By: Caroline Posynick
Just like most communities these days, the museum sector in British Columbia has been going through some challenging economic times. The funding model still has its foundation in federal and provincial support and, as we all know, there’s not a lot of money for culture and heritage in the pot right now. Truthfully, it looks like there may never been enough to go back to previous funding levels. Ever. Pretty scary stuff and it is threatening the very survival of museums in BC. To keep the doors open, there have had to be some concessions, and some adaptations.
Adaptability. Sounds a little like ‘difficulty’. And it can be a reach for many, but we are trying.
The British Columbia Museums Association has been actively developing a working relationship with the tourism sector. Tourism is seen by the provincial government as an important business group to support to create healthy and prosperous communities. Although aligned, tourism has some issues that are separate from museums (of course), and so we must ask ourselves - is this a healthy relationship for museums to nourish? I believe so, for it both helps museums look at visitor needs, whether they local or out-of-town, and it helps us see how the work we do fits into a larger economic picture of our communities. And so building this partnership, as long as we don’t get lost in their goals alone, currently helps BC museums grow by getting us ‘to the table’ in funding situations to see where museums can adapt to serve government initiatives.
These challenging times have also hit me on a personal level. I have promoted that I have a Master of Arts in Museum Studies, with a specialization in collections management, as a way to work in the cultural sector. The very difficult truth of the matter is that this has been a hard sell, at least here in Canada. To the outside world, there is no apparent place where I might fit besides museums; to the museum world, I am too general for a large museum placement and, on paper, too specialized to be considered for a position in a small museum where collections management is only part of the job. Not easy.
I have worked my way around this lack of easy marketability by literally knocking on non-museum institutions and saying ‘you need someone like me to care for your collections’ (and one temporary contract turned into a four year placement!), to being aware and available for projects that had short-term needs for intense collections management specialization. I have also explained that my degree is more than just caring for museum collections alone – that I have also had programming, exhibition, conservation and finance training. I have taken courses to further cross-train in exhibition development, archives records management, and leadership and the like. I have accepted opportunities to work in museum support organizations. Bottom-line, though, is that my skill set has had to evolve in order to be employable in the heritage and cultural sector in BC.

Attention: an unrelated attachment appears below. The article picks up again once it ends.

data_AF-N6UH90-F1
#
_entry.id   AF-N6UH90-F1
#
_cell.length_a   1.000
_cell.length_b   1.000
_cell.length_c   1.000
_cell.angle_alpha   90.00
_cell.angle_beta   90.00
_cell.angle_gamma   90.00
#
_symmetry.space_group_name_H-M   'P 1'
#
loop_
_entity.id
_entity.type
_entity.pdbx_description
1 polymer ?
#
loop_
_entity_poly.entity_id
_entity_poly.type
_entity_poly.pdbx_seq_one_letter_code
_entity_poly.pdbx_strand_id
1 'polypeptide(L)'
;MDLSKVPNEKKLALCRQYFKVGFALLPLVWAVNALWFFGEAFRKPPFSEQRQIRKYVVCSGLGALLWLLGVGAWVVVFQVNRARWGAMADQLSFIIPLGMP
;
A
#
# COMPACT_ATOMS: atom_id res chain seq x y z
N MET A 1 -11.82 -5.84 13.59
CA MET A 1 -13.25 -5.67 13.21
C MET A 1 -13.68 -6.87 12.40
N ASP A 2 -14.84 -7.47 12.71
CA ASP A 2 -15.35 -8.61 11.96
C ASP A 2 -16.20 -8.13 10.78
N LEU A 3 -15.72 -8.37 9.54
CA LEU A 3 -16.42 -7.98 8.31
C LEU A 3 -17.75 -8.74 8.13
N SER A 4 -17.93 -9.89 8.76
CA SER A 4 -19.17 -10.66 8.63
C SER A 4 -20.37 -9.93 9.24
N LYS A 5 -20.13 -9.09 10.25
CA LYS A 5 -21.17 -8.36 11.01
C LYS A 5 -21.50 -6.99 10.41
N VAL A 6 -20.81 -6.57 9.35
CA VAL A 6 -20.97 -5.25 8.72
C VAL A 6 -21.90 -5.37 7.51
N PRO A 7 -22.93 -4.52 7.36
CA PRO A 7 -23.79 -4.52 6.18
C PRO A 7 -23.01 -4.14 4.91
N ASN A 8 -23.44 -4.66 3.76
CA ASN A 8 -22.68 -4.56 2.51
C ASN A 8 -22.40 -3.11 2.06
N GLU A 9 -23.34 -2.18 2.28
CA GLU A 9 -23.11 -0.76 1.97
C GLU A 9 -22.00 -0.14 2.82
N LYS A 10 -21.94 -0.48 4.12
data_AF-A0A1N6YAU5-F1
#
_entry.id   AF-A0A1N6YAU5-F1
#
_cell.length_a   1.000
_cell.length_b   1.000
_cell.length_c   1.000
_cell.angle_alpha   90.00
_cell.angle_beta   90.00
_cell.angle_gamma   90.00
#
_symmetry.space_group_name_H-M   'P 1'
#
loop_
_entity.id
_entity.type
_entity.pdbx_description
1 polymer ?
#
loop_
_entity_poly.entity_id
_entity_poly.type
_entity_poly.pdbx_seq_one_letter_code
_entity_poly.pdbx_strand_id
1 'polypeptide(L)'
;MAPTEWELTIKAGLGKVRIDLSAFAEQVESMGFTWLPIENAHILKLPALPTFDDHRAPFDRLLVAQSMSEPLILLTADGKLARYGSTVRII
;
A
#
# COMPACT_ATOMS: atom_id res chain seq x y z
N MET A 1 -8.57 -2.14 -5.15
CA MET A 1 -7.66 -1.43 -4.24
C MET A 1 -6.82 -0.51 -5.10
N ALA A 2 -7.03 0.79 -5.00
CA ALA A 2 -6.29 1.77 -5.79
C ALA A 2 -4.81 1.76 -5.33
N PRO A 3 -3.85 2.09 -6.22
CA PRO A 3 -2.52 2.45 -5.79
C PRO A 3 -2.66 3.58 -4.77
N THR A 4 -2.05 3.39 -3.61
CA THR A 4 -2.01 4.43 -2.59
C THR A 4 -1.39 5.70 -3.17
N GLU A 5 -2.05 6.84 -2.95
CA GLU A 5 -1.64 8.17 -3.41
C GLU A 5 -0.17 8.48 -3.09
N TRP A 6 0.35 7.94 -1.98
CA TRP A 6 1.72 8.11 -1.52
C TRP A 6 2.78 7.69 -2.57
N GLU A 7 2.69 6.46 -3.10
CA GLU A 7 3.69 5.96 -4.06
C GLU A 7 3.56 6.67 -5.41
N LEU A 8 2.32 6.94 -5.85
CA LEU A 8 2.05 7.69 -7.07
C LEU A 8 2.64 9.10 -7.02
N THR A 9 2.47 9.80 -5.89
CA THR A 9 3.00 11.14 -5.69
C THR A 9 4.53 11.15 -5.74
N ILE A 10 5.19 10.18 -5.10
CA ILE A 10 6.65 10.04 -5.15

But yikes. Evolution. Does this mean I can’t change back to being just about museums and their collections?
The economic reality is that I am not able to justify that I can only work in a museum in order to participate as a cultural preservationist and promoter, through collections or otherwise. I believe have been stuck with the thought that museums, along with my training and experience, exist in isolation to the rest of the heritage sector. Does this mean I have ‘lost the battle’ and my love for museums is over? A couple of years ago, I came dangerously close to saying yes, this situation is hopeless and museums and the work they / I do is doomed. But now I firmly believe that the truth of the matter is that museums are a greater part of a whole of the memory institutions that include libraries, archives, national historic sites and, yes, the tourism industry. We are all trying our darndest to preserve and present humanity and the natural world in our communities, and to promote what makes us special. Pooling our efforts and working together makes us stronger; it does not dilute one cultural focus over another unless we choose to remain in our silos and become defensive over definitions.
My current position has me working in an archives located in a library at a university that also happens to be a National Historic site. Every day I find that the integration of disciplines in the very fabric of my job encourages me to build and leverage working with other cultural-oriented institutions. And, no, I haven’t lost my love of museums, nor do I believe that my museum-centric training has been for naught. Through necessity, I have widened my circle and view. This has enabled me to see that the work in museums, archives, libraries and heritage sites can to be clustered together to provide a strong united whole for community service and cultural preservation. Pretty exciting stuff. And so, simply put, I believe that the very survival of museums and their professionally trained staff in BC depends on us being willing to adapt and evolve.
Caroline Posynick graduated from John F. Kennedy University in 1997. She now lives in Victoria, BC, Canada, where she recently landed her first permanent, full-time job as Archivist for Royal Roads University. There she arranges and describes material about the on-site castle and formal gardens, documents the legacy of the military college that was there for 55 years, plus archives the important happenings of RRU. She also dodges the resident peacocks that, word has it, tend to throw themselves at her office window during mating season, which is almost upon us!